Scholarships are financial awards given to students to pay for college without the obligation of repayment. Over 1.7 million scholarships are awarded annually, fueling the education of students from diverse backgrounds. While scholarships typically do not cover the full cost of your education, applying for the right scholarships can save you a significant amount of money.

Before taking out student loan debt, it’s important to exhaust as many scholarship opportunities as you can. Here’s how to start.

1. Apply for the right scholarships

Too many students go for quantity over quality – they apply for tons of scholarships without evaluating whether they qualify.

There are scholarships for almost anything — from volunteering to being a “Star Trek” fan and everything in between. It can be tempting to apply for every scholarship available, but the trick is finding scholarships that truly fit your experience and interests. Applying for these types of scholarships with tight restrictions will narrow the applicant pool, giving you a better chance of winning.

2. Contact your school’s financial aid office

Institutional scholarships are a huge resource many students overlook. School-wide scholarships typically aren’t widely advertised, and they tend to be more competitive, but they’re still worth considering. These awards are usually based on your academic performance.

To see what awards are available, contact your school’s financial aid office or check its website. You can also check with your school to see what department-specific scholarships are available. These often have a smaller applicant pool and are offered only to students enrolled in specific majors.

Many colleges allow in- and out-of-state students to apply, so if you’re paying out-of-state tuition, these awards can significantly cut the cost of attendance.

3. Use a scholarship search engine

Scholarship search engines aggregate scholarships from various sources and allow you to filter based on your interests, experience, major and more. These search engines save you time when it comes to finding awards that match your needs.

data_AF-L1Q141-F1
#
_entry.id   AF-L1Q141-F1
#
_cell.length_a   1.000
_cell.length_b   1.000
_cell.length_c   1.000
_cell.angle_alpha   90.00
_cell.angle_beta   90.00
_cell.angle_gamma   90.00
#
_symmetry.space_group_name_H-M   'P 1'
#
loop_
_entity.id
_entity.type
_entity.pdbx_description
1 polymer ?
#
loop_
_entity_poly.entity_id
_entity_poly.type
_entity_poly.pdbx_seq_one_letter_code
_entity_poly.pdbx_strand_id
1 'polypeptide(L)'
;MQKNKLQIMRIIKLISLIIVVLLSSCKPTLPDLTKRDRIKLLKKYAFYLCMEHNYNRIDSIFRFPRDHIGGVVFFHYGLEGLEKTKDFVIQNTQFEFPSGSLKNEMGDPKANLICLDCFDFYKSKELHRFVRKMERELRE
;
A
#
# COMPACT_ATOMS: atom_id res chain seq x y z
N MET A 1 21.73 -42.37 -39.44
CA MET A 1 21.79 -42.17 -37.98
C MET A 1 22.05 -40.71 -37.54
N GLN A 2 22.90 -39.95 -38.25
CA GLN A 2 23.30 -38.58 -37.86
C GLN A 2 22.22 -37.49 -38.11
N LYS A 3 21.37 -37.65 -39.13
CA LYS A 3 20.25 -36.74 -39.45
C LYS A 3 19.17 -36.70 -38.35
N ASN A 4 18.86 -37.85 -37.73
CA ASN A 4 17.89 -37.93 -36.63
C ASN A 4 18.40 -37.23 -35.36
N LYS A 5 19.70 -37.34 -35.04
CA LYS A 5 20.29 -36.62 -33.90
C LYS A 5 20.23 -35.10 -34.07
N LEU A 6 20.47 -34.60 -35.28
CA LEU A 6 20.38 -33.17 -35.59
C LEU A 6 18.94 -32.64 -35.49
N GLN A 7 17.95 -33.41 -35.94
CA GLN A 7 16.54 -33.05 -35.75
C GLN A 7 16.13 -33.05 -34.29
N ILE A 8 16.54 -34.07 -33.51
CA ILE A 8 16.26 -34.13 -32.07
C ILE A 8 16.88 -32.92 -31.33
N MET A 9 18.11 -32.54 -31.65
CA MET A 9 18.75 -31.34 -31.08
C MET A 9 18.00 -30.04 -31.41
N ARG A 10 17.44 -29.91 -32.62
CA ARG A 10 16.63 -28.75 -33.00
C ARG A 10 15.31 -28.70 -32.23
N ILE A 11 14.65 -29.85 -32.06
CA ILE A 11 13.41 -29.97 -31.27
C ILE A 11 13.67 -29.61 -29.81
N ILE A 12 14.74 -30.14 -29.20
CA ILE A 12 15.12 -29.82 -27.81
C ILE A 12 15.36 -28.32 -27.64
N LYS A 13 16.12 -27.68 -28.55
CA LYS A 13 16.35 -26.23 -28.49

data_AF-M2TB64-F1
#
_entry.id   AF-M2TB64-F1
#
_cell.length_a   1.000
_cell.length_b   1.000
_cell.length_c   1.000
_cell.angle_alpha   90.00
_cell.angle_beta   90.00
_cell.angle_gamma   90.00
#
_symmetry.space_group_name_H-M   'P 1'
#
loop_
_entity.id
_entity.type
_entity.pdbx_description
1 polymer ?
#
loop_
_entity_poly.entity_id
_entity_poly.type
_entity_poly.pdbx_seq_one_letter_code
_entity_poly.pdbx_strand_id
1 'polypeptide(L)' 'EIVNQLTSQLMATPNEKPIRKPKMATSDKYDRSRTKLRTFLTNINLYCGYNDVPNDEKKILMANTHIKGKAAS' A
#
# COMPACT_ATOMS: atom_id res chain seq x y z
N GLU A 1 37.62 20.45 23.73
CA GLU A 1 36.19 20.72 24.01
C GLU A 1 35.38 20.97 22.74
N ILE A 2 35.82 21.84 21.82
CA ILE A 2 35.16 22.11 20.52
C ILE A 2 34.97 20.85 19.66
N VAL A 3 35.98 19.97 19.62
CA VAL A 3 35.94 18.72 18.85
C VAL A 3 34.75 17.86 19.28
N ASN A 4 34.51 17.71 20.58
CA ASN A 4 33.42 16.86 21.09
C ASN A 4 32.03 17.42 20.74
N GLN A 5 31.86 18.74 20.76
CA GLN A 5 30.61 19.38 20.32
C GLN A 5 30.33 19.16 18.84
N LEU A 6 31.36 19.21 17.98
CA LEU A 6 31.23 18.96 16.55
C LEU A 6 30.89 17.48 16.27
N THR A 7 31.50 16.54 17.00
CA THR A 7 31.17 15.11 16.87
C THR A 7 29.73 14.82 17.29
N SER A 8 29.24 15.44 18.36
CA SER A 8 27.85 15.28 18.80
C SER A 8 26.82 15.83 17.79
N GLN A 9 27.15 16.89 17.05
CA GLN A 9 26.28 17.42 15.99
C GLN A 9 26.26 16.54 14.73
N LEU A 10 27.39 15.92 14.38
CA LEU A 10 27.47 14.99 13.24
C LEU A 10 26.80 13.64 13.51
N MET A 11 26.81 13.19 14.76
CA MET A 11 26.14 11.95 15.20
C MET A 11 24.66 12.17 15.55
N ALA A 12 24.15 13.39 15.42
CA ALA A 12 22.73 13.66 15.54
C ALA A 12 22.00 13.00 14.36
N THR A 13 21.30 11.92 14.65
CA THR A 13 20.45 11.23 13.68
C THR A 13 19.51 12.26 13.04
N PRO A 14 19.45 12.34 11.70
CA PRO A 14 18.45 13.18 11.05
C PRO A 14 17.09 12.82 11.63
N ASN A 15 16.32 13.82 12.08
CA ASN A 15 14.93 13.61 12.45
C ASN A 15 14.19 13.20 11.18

4. Fill out the application correctly

A key part of paying for college with scholarships is filling out the application correctly, on time and completely. Many applications require multiple steps with specific deadlines. If you miss even one deadline, you won’t be considered for the award.

To ensure that you properly apply, read through the details and have the necessary documentation on hand before starting the application. You may need to supply transcripts, a birth certificate, acceptance letters or specific awards you’ve been granted. Closely read through the requirements of any essays you need to write; as basic as it sounds, following word count limits, directly addressing the prompt and removing grammatical errors will ensure that you put your best foot forward.

5. Stay organized

Test scores, essays, a resume — these common prerequisites for scholarships can make the process daunting. And if you’re submitting applications for multiple awards at once, it can even be hard to remember which scholarships you’ve applied for, which ones you still have to work on and where you are in the process. That’s why it’s essential to organize your scholarship list.

Keep track of your scholarships in whatever way makes sense, whether it’s a paper calendar, a Google Doc or a complex system of Post-It notes. Whichever system you use, do the following:

  • Organize scholarships by status (watching, applied and won).
  • Keep track of deadlines, award amounts and entry methods for individual scholarships.
  • Set earnings goals and track progress toward those goals.
  • Remember essay topics you’ve already written for future use.

6. Look for many types of scholarships

There are multiple ways to score scholarship money. Common types of scholarships are:

  • External scholarships: Funded by private groups, including individual donors, businesses, nonprofits, foundations and other organizations.
  • School-sponsored scholarships: Provided by individual colleges and universities for students of those institutions.
  • Need-based scholarships: Given to students who demonstrate financial need, usually determined after filling out the Free Application for Federal Student Aid (FAFSA).
  • Merit-based scholarships: Given to students who have exceptional talent in a given discipline or academic field or who participate in volunteer work.

7. Try to find renewable scholarships

Renewable scholarships award scholarship winners a certain amount of money each year they attend college (usually up to four years). Receiving these awards for multiple years is often contingent upon maintaining a certain GPA or enrolling in a certain major.

Nonrenewable scholarships provide winning students with funds for only one year – in fact, previous winners are often prohibited from applying for the same nonrenewable scholarship two years in a row.

The bottom line

The more you can leverage scholarship money for your education, the less you’re likely to owe in student loans after graduation. By researching the many opportunities available, playing to your strengths, and staying organized, you can save thousands of dollars on your education through scholarship awards. Listing scholarships on your resume can also help you stand out in the job market once you finish school.